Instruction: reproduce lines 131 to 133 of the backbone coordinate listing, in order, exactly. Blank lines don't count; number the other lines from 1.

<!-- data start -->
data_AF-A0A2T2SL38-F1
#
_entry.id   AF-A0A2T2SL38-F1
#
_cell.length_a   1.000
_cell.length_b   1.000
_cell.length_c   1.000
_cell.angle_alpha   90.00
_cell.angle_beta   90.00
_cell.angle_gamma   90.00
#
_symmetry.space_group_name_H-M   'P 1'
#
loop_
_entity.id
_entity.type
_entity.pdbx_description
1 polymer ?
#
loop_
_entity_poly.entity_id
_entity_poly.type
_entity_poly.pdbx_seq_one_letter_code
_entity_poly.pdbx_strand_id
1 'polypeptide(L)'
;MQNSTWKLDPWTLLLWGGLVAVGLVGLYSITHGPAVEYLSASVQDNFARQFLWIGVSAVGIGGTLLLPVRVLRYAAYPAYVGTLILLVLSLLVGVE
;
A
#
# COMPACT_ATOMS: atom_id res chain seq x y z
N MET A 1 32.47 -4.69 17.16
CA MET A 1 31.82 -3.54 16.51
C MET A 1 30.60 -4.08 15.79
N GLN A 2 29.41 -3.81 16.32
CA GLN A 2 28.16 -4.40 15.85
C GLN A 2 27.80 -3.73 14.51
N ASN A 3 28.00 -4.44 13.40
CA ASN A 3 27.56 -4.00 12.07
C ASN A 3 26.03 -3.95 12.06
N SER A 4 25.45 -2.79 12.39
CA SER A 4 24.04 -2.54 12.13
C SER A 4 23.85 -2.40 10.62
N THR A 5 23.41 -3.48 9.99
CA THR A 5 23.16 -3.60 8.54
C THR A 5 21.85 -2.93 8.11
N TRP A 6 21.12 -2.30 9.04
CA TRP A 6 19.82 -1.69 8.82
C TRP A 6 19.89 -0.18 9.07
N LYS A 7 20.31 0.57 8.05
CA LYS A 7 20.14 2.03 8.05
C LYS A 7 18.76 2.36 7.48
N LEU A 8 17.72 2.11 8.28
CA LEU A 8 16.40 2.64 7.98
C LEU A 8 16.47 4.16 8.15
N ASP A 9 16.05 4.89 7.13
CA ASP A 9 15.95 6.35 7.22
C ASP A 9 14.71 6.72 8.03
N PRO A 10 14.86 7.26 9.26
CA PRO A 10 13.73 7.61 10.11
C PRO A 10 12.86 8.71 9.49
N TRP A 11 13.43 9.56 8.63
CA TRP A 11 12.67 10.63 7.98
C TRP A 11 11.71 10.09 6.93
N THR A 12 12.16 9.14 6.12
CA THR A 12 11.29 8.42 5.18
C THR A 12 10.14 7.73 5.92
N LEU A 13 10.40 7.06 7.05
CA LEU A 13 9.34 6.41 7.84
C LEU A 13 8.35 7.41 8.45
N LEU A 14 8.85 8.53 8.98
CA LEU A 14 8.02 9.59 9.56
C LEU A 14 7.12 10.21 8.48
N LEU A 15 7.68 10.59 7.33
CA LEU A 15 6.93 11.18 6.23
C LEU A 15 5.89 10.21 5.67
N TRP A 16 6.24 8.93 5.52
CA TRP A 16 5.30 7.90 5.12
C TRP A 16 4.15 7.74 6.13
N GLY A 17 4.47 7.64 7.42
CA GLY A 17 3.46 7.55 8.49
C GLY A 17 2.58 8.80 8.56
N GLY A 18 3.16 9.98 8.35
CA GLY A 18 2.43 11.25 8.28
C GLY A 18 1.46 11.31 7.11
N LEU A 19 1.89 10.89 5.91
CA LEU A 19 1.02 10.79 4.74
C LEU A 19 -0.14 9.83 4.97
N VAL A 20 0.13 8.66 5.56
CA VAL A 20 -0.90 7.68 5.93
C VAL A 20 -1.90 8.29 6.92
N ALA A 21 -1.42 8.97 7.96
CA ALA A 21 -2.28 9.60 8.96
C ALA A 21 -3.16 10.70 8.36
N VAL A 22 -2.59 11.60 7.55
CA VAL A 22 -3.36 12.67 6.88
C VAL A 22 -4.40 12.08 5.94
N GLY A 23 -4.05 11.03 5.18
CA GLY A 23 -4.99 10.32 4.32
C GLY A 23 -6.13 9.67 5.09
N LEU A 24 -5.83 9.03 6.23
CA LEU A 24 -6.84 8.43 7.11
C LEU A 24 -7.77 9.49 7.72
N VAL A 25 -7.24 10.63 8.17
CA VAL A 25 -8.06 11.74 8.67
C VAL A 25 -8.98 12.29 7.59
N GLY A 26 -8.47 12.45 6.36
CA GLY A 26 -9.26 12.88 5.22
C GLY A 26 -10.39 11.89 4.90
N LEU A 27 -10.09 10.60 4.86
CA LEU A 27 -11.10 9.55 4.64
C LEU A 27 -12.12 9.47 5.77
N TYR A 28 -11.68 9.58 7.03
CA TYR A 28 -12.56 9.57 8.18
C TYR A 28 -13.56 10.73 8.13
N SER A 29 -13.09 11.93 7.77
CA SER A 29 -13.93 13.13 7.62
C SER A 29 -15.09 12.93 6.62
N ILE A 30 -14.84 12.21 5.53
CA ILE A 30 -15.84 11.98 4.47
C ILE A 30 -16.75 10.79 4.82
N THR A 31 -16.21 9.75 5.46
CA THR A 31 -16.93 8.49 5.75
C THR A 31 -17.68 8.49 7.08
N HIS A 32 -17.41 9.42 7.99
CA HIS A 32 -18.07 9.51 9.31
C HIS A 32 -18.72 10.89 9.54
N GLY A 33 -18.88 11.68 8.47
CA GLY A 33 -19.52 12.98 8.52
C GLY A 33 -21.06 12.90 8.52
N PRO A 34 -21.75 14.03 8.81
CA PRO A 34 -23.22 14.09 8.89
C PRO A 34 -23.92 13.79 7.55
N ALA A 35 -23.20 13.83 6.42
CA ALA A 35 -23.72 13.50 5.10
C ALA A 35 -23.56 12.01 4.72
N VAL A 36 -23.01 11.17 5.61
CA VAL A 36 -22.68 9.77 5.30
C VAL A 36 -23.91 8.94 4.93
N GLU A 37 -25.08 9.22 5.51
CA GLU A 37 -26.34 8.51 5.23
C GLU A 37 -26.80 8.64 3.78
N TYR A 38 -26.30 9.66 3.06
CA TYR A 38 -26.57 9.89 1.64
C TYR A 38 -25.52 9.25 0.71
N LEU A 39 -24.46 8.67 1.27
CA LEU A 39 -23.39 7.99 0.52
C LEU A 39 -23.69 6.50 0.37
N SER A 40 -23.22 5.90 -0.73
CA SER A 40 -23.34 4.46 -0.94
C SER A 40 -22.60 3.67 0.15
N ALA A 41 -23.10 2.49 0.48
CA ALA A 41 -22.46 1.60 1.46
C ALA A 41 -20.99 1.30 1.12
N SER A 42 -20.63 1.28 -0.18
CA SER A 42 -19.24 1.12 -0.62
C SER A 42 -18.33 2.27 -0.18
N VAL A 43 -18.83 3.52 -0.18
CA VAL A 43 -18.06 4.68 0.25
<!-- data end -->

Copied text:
CA PRO A 34 -23.22 14.09 8.89
C PRO A 34 -23.92 13.79 7.55
N ALA A 35 -23.20 13.83 6.42